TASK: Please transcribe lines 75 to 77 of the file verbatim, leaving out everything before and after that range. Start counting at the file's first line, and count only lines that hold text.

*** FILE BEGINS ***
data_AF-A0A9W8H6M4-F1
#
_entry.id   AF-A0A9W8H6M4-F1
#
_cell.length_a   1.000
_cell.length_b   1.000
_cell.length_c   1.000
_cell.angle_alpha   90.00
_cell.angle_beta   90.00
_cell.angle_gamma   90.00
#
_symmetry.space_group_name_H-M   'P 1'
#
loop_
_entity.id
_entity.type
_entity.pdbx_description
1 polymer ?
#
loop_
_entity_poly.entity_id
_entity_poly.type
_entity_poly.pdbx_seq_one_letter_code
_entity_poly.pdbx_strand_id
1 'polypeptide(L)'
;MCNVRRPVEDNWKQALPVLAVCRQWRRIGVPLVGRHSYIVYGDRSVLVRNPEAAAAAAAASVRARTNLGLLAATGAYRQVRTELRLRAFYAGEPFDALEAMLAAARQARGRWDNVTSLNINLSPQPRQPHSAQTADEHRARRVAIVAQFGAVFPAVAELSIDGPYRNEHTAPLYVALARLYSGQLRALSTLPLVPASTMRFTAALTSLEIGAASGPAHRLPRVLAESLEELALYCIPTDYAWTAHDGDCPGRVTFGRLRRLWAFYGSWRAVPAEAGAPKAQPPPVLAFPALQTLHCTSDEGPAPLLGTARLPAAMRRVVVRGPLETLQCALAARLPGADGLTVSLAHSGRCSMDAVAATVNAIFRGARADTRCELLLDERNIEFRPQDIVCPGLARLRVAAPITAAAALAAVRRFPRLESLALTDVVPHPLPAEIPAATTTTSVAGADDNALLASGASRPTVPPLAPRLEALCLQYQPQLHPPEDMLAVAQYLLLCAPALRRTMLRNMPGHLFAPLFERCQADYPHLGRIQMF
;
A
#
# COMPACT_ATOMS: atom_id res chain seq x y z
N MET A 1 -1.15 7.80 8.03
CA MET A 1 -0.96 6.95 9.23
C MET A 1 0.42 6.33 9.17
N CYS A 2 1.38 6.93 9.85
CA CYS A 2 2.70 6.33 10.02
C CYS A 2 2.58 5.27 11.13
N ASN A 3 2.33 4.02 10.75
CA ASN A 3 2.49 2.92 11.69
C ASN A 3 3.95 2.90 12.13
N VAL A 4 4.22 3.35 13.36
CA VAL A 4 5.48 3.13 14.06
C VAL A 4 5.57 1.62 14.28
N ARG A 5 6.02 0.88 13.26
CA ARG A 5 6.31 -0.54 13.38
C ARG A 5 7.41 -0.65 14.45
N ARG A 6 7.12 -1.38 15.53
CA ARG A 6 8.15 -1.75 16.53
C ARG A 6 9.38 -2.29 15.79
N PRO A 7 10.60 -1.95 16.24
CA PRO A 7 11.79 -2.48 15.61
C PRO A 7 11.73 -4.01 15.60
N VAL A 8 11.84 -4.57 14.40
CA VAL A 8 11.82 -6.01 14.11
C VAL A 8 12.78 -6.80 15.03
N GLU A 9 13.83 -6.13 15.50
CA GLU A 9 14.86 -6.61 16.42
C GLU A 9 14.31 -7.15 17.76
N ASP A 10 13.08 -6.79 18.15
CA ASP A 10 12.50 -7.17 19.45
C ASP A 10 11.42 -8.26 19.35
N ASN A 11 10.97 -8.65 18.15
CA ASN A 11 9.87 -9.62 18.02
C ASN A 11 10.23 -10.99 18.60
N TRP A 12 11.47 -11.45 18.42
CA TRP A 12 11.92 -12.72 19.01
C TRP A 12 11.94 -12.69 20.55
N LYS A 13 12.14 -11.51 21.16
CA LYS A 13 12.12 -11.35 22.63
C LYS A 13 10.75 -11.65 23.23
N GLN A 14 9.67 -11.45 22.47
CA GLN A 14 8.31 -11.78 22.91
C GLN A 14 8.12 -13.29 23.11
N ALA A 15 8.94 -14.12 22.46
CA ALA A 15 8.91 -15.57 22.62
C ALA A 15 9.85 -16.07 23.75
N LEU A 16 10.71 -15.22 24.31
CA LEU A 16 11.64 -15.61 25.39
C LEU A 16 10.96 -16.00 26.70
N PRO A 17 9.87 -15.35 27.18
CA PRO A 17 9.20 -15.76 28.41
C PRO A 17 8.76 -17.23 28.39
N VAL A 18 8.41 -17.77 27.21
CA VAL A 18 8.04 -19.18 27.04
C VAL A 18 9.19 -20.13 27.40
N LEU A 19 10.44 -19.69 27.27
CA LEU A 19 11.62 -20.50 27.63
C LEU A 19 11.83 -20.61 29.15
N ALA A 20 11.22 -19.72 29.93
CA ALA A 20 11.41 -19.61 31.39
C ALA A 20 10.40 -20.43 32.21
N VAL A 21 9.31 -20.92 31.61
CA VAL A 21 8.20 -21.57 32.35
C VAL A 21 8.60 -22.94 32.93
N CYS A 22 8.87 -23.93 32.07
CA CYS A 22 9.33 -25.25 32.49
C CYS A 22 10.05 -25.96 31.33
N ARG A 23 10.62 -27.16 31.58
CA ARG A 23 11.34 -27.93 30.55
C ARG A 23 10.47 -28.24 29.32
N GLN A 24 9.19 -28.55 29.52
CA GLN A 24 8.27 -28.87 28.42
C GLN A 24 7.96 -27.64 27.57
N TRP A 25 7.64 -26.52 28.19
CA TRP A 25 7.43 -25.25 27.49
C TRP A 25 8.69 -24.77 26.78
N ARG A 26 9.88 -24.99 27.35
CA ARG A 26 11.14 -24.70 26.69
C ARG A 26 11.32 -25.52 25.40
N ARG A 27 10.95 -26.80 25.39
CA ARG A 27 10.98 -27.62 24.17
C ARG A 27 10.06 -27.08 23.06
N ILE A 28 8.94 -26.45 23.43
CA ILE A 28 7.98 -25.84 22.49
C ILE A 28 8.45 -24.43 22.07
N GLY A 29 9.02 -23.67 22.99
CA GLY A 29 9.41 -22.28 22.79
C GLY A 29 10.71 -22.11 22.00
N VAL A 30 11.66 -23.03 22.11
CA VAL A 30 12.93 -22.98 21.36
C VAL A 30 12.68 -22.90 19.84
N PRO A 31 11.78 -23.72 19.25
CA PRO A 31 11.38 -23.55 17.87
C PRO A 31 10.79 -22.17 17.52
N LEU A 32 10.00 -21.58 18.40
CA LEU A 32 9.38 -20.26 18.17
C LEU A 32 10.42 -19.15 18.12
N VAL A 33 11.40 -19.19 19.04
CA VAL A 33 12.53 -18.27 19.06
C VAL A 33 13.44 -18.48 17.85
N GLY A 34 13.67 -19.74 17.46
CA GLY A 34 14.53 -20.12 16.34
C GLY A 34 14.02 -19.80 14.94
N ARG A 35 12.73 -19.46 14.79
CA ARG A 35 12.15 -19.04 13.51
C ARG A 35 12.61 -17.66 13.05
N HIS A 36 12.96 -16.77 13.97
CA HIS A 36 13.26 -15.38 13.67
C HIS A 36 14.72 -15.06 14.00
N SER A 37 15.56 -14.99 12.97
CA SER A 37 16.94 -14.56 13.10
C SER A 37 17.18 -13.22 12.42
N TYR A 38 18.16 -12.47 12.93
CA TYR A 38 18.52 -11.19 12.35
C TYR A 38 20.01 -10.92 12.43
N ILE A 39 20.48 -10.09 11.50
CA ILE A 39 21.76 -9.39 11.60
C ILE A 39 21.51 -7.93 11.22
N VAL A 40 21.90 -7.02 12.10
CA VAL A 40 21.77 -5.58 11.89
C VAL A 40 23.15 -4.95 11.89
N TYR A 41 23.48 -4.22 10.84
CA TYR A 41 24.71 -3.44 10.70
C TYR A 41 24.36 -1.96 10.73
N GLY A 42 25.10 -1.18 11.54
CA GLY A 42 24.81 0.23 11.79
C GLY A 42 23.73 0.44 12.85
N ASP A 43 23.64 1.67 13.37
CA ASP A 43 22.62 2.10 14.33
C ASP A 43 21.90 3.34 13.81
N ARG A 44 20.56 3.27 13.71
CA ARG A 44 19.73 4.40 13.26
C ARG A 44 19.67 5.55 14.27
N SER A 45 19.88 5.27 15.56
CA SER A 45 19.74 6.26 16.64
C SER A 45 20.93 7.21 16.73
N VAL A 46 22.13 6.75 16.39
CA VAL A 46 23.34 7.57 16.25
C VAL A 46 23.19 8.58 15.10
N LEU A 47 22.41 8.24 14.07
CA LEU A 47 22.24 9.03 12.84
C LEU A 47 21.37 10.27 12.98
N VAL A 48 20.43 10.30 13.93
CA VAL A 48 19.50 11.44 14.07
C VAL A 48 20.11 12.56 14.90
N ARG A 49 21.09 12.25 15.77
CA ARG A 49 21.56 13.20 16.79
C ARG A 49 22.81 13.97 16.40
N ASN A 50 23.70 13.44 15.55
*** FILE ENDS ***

C ALA A 15 9.85 -16.07 23.75
N LEU A 16 10.71 -15.22 24.31
CA LEU A 16 11.64 -15.61 25.39